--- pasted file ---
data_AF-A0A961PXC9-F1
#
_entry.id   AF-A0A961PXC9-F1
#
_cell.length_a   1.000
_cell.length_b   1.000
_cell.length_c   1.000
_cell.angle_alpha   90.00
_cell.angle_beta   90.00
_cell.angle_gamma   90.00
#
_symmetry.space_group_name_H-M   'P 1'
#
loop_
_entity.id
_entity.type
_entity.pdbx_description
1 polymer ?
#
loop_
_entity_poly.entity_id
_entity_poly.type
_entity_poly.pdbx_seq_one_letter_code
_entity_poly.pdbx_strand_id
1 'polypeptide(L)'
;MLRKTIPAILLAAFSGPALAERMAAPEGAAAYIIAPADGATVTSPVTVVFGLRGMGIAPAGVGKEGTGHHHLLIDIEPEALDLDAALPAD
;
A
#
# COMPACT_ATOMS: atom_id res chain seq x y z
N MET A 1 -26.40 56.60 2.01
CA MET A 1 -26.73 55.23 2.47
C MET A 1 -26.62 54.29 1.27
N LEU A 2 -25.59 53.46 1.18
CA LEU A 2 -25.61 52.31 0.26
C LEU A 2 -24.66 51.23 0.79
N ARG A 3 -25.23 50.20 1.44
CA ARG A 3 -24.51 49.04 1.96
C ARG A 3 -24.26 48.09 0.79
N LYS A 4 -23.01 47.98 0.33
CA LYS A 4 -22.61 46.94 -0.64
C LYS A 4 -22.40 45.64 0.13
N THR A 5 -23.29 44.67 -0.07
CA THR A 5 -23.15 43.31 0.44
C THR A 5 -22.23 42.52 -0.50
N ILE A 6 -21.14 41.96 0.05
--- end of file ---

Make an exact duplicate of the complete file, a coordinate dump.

data_AF-A0A961PXC9-F1
#
_entry.id   AF-A0A961PXC9-F1
#
_cell.length_a   1.000
_cell.length_b   1.000
_cell.length_c   1.000
_cell.angle_alpha   90.00
_cell.angle_beta   90.00
_cell.angle_gamma   90.00
#
_symmetry.space_group_name_H-M   'P 1'
#
loop_
_entity.id
_entity.type
_entity.pdbx_description
1 polymer ?
#
loop_
_entity_poly.entity_id
_entity_poly.type
_entity_poly.pdbx_seq_one_letter_code
_entity_poly.pdbx_strand_id
1 'polypeptide(L)'
;MLRKTIPAILLAAFSGPALAERMAAPEGAAAYIIAPADGATVTSPVTVVFGLRGMGIAPAGVGKEGTGHHHLLIDIEPEALDLDAALPAD
;
A
#
# COMPACT_ATOMS: atom_id res chain seq x y z
N MET A 1 -26.40 56.60 2.01
CA MET A 1 -26.73 55.23 2.47
C MET A 1 -26.62 54.29 1.27
N LEU A 2 -25.59 53.46 1.18
CA LEU A 2 -25.61 52.31 0.26
C LEU A 2 -24.66 51.23 0.79
N ARG A 3 -25.23 50.20 1.44
CA ARG A 3 -24.51 49.04 1.96
C ARG A 3 -24.26 48.09 0.79
N LYS A 4 -23.01 47.98 0.33
CA LYS A 4 -22.61 46.94 -0.64
C LYS A 4 -22.40 45.64 0.13
N THR A 5 -23.29 44.67 -0.07
CA THR A 5 -23.15 43.31 0.44
C THR A 5 -22.23 42.52 -0.50
N ILE A 6 -21.14 41.96 0.05